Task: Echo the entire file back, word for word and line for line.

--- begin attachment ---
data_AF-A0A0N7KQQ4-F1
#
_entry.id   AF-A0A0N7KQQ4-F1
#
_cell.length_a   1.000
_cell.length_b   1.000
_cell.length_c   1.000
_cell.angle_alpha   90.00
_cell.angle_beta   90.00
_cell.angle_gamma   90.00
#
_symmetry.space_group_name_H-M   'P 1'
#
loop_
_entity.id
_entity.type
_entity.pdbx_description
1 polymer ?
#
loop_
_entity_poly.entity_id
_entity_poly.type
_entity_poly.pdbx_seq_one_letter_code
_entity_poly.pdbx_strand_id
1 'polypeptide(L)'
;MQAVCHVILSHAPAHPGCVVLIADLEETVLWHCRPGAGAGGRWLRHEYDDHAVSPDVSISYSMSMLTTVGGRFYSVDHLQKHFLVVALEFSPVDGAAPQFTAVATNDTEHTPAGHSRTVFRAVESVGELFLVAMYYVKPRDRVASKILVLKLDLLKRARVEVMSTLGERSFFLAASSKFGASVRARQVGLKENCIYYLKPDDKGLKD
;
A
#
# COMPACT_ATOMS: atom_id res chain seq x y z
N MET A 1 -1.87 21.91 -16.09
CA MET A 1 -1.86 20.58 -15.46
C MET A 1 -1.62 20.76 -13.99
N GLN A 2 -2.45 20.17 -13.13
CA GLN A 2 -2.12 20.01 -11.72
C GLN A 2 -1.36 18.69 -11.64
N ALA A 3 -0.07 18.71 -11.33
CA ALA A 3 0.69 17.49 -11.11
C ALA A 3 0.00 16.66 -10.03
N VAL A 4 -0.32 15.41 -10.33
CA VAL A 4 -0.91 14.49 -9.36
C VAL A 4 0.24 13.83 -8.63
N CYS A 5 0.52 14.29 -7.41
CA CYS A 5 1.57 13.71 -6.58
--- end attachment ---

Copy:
data_AF-A0A0N7KQQ4-F1
#
_entry.id   AF-A0A0N7KQQ4-F1
#
_cell.length_a   1.000
_cell.length_b   1.000
_cell.length_c   1.000
_cell.angle_alpha   90.00
_cell.angle_beta   90.00
_cell.angle_gamma   90.00
#
_symmetry.space_group_name_H-M   'P 1'
#
loop_
_entity.id
_entity.type
_entity.pdbx_description
1 polymer ?
#
loop_
_entity_poly.entity_id
_entity_poly.type
_entity_poly.pdbx_seq_one_letter_code
_entity_poly.pdbx_strand_id
1 'polypeptide(L)'
;MQAVCHVILSHAPAHPGCVVLIADLEETVLWHCRPGAGAGGRWLRHEYDDHAVSPDVSISYSMSMLTTVGGRFYSVDHLQKHFLVVALEFSPVDGAAPQFTAVATNDTEHTPAGHSRTVFRAVESVGELFLVAMYYVKPRDRVASKILVLKLDLLKRARVEVMSTLGERSFFLAASSKFGASVRARQVGLKENCIYYLKPDDKGLKD
;
A
#
# COMPACT_ATOMS: atom_id res chain seq x y z
N MET A 1 -1.87 21.91 -16.09
CA MET A 1 -1.86 20.58 -15.46
C MET A 1 -1.62 20.76 -13.99
N GLN A 2 -2.45 20.17 -13.13
CA GLN A 2 -2.12 20.01 -11.72
C GLN A 2 -1.36 18.69 -11.64
N ALA A 3 -0.07 18.71 -11.33
CA ALA A 3 0.69 17.49 -11.11
C ALA A 3 0.00 16.66 -10.03
N VAL A 4 -0.32 15.41 -10.33
CA VAL A 4 -0.91 14.49 -9.36
C VAL A 4 0.24 13.83 -8.63
N CYS A 5 0.52 14.29 -7.41
CA CYS A 5 1.57 13.71 -6.58